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IHSA Defers To State On Return To Play; Limestone AD Calls Fall Outlook ‘Bleak’

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The prospect of high school sports returning to competition in the fall could be in jeopardy, according to Limestone High School Athletic Director Brian Clausen.

The Illinois High School Association (IHSA) announced Tuesday afternoon it will allow state agencies to take over setting guidelines for returning to play amid the COVID-19 pandemic. In July, the IHSA first announced its Phase 4 guidelines, limiting physical contact and prohibiting scrimmages against other schools.

Clausen believes the outlook is “looking more and more bleak every day” and programs may need to take a step back.

“That's going to put a damper on things,” Clausen said. “In all honesty, right now as far as fall goes, I'll be surprised that we’ll be able to do some things. I think there are some sports that we can play without any problems.

“But there are some sports that are definitely in jeopardy of not having a season. And that could possibly carry on into the winter, too.”

In announcing its decision to defer to the Illinois Department of Public Health (IDPH), the Illinois State Board of Education and Gov. JB Pritzker’s office, the IHSA acknowledged some conflicts between its Sports Medicine Advisory Committee’s recommendations and IDPH directives regarding the use of masks.

“There is an unprecedented level of planning for this school year due to COVID-19, and we have come to understand that there needs to be a greater consistency between the guidelines for returning to learn and returning to interscholastic athletics,” IHSA Executive Director Craig Anderson said in a news release.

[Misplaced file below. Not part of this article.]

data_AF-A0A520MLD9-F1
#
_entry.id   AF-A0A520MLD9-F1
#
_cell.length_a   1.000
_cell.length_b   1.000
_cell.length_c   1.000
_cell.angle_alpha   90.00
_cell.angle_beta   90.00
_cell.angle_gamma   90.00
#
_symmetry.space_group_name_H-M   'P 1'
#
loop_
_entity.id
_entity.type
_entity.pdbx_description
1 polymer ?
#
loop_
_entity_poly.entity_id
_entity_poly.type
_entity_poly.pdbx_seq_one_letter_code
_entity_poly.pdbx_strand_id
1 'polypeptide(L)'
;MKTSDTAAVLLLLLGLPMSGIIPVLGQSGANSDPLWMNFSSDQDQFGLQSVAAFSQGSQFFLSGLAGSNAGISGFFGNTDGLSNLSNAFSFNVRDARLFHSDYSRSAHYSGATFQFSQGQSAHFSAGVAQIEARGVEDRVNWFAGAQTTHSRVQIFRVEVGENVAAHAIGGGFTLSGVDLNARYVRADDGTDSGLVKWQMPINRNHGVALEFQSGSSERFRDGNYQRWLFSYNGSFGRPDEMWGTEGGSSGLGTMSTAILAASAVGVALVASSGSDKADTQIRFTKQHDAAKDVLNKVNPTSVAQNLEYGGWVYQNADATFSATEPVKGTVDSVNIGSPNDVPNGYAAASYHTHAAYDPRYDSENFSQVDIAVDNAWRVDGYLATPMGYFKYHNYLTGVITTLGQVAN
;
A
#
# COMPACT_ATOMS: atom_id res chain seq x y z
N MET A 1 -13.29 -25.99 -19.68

Peoria High School Athletic director Brien Dunphy said he’s been impressed with the work the IHSA has done so far in trying to get teams back in action.

“I’m extremely confident that the IHSA is working to get us on the field. I can't be more impressed with the work they have done,” said Dunphy, adding he remains hopeful fall seasons will proceed as planned.

“Anything short of ‘we're done,’ I'm very optimistic, and I think we all have to work that way. We have to work right now as if there's going to be activities next week and next month and this fall and this winter.”

Clausen admitted his program recently had a freshman volleyball player test positive for the virus and turned to the Peoria County Health Department for direction.

“They just they gave us some guidance and they did the tracing for us and told us which kids and coaches they were concerned with, and which ones they weren't worried about so much,” he said. “For the most part they did what they had to do and told us what we needed to do, and that’s what we did.”

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